"Did you just eat another gummy?"

"No," he lied.  

Not long after that, his chin hit the table.  He wasn't following conversations at this point.  He was no help at all.  

Around ten, Trivia was over, and just like that (finger snap), the bar was empty.  Except for the two girls at the nearby table.  Our patron sent them a drink.  I was more than ready to go.  The famous DJ had been chatting the girls up for a long while and their eyes were dancing.  He's an entertainer.  That's his profession.  Once a shock jock, he's now a radio show host.  Times have changed, and so has he.  But I couldn't tell what the girls were thinking.  I heard him tell them about his radio show and when he mentioned his stage name, I saw them giggle.  

"Do you know what radio is?" I asked them.  "There is now way you listen to the radio."

Now, though, the room was quiet and some of the other fellows jumped in on the conversation.  I knew this would be bad.  Some drunks get more confident than they should.  The waiting person, being smart and kind and working for tips, was perhaps partly to blame.  She had given the table an opportunity to think they were. . .  well, something they weren't.  So, a question was asked.  A debate ensued.  The dj and the man on the spectrum got up to leave.  The patron ordered another round of whiskey for the table.  I should have left.  I should have left.  But Tennessee was sitting in a gummy and liquor stupor and I didn't want to just split.  

I wan't paying attention, but the young women were not speaking the same language as our patron, and with the wide eyes of youthful condemnation, they rose from their table and headed for the door.  I could only giggle.  Now we were down to three.  The pretty serving person came over and we settled up the tab.  It was pretty, pretty big.  The patron, always generous, picked it up, so Tennessee and I put in a bunch of cash for the tip.  The pretty serving person was well taken care of for her patience.  I'm certain we more than doubled her income that night.  There are just some things you can buy your way out of.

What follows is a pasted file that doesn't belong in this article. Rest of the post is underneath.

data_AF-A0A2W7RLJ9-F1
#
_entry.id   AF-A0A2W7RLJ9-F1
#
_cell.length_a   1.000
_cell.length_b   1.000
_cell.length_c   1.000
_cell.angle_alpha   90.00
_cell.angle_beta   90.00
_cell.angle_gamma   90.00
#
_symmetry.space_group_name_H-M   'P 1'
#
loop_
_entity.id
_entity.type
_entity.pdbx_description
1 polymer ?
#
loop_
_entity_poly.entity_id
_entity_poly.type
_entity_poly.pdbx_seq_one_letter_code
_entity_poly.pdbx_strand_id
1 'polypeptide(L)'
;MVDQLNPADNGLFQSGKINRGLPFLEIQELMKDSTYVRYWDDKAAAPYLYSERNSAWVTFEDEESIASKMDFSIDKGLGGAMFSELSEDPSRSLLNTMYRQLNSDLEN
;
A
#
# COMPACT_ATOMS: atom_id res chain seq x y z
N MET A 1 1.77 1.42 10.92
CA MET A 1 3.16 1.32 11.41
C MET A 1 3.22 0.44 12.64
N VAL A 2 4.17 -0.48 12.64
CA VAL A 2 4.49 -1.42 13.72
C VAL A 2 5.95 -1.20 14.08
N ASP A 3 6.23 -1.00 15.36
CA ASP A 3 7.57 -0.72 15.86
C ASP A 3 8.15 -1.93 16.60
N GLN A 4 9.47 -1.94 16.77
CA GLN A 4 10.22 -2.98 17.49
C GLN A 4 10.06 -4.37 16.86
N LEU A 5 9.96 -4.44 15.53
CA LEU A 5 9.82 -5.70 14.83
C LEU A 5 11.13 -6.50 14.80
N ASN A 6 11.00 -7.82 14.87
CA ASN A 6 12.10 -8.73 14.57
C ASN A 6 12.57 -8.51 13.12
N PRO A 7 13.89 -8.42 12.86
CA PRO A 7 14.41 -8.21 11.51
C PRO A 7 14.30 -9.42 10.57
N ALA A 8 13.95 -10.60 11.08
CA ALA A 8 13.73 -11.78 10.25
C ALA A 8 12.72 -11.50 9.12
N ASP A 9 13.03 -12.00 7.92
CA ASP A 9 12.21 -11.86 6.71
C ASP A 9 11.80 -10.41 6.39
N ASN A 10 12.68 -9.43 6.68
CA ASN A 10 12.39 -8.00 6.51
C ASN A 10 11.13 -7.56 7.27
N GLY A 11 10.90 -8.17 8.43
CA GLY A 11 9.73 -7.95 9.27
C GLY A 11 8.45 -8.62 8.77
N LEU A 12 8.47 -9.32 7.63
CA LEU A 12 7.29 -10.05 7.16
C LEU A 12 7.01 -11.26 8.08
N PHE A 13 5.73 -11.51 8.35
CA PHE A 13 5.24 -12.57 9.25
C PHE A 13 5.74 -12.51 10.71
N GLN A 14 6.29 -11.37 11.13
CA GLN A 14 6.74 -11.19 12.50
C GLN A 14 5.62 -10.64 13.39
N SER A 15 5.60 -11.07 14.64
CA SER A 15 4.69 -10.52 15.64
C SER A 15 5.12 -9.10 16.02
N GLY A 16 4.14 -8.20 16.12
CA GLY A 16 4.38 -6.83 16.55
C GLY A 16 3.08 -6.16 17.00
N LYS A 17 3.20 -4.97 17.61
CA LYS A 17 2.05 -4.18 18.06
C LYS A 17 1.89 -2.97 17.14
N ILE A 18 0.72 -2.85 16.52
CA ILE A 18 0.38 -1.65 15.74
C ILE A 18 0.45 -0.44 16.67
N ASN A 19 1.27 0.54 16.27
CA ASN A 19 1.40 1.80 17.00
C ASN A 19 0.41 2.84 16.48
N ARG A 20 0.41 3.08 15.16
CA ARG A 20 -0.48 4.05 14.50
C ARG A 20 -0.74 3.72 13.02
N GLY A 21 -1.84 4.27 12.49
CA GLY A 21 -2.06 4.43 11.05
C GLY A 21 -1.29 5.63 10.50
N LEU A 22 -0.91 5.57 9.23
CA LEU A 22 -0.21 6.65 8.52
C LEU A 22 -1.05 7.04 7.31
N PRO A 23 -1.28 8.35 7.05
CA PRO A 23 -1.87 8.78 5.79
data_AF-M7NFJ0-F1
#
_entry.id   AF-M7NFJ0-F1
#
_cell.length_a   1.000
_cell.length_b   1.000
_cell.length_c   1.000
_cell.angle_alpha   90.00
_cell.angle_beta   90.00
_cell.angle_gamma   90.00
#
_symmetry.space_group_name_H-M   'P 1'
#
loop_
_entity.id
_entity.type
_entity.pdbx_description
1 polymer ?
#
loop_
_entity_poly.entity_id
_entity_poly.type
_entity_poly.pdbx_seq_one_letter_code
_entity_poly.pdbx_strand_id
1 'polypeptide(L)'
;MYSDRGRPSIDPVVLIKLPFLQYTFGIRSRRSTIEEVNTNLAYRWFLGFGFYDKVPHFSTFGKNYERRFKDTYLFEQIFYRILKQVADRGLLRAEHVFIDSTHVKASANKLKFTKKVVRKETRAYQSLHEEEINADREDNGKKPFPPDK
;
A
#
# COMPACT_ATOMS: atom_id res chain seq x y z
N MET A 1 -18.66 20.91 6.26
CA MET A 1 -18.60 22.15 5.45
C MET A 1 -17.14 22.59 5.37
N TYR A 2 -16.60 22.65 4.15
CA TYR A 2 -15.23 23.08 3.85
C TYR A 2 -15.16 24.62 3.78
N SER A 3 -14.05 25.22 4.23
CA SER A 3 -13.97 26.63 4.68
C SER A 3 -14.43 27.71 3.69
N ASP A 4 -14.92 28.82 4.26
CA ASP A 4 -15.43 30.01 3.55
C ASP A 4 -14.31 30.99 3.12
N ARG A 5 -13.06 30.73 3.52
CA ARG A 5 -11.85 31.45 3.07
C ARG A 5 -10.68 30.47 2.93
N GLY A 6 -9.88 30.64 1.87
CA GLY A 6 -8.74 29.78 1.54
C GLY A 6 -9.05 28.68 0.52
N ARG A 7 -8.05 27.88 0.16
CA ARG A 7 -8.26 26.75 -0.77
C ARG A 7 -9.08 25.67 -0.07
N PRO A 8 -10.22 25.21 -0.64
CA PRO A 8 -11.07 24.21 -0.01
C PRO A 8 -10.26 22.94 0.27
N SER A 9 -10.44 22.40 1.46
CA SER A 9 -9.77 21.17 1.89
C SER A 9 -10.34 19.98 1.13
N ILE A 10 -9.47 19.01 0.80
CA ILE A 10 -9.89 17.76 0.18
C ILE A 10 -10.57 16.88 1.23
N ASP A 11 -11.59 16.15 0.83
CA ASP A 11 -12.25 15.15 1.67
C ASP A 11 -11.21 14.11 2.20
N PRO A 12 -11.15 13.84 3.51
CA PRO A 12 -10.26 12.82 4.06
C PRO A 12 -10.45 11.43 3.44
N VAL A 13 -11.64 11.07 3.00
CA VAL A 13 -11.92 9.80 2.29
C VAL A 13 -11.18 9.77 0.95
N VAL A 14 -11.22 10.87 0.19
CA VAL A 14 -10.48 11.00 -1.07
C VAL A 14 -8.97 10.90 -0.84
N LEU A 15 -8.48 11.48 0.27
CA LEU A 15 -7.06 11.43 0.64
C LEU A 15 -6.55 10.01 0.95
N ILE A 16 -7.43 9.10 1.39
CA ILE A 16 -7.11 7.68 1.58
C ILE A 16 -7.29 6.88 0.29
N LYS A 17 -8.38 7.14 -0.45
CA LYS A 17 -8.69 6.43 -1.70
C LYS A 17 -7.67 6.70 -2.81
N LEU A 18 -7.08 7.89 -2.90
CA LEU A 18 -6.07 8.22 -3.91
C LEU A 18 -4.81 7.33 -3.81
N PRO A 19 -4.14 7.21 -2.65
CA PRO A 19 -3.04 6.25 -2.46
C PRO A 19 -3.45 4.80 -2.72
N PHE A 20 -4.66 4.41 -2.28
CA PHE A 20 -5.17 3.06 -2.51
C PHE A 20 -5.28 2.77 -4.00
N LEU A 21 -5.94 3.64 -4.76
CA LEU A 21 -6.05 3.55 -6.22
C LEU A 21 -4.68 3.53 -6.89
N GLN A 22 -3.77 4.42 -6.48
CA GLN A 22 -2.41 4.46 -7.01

As we were finishing our final drinks, though, the two girls walked back into the bar.  I wasn't paying attention, but then I heard one of them ask the patron, "Are you buying us drinks?"  I was amazed, really.  But he said yes.  One of the girls, a real product of her time and had come back to do battle.  I was talking to the other girl, or rather, she was talking to me.  I wasn't about to engage.  We were just chatting amicably when Tennessee and the patron got up to go.  I hadn't heard what was going on, but apparently the whole thing had gone sideways.  No shit, I thought.  Such things, however, don't bother me.  I don't get nervous.  But I heard the final salvo before I was left alone with the two girls.  The product of her generation was still going on.  

"Do you know what he said?  What an asshole." 

"He's alright."

"How can you hang around with them?"

"It's good for me.  I'm a hippie.  I love everybody."  

They were looking to me for succor at this point, I think, but the night had been long and I wasn't interested in whatever it had in store for them, so I stood up, told them it was a pleasure to meet them, shook hands to see if they felt normal in size, and limped stiffly for the door.  

I wasn't home before the texts were coming in.  It was still in the 80s outside, but my house had cooled down.  The cool, dry air woke me up a bit.  I poured a final drink and sat down to think the night through.  I should have left when the first group did, I thought, but then I wouldn't have seen the evening's denouement.  But did I need to see it?  I could have written the script.  

I don't know.  I haven't told you the half of it.  I've sanitized this even more than I intended.  But I have no idea who reads this blog.  I've gotten in trouble telling things here several times before.  I was never as careful at being as anonymous as I should have been.  Ask Q.  He knows the consequences of writing a blog under your real name.  It becomes impossible.  You have to tell the truth when you want to lie and lie when you want to tell the truth.  I am, at least, partially removed from that scenario, but you can never tell.   

Yea. . . I didn't really tell the tale the way I had intended.  Not really at all.  Selavy.  Another wasted morning.  I can't just delete it, so here it is.  

I guess all you should know is that I was above it all like an omniscient angel floating on a cloud of divinity.  Look up.  See?  There I am.  What?  What?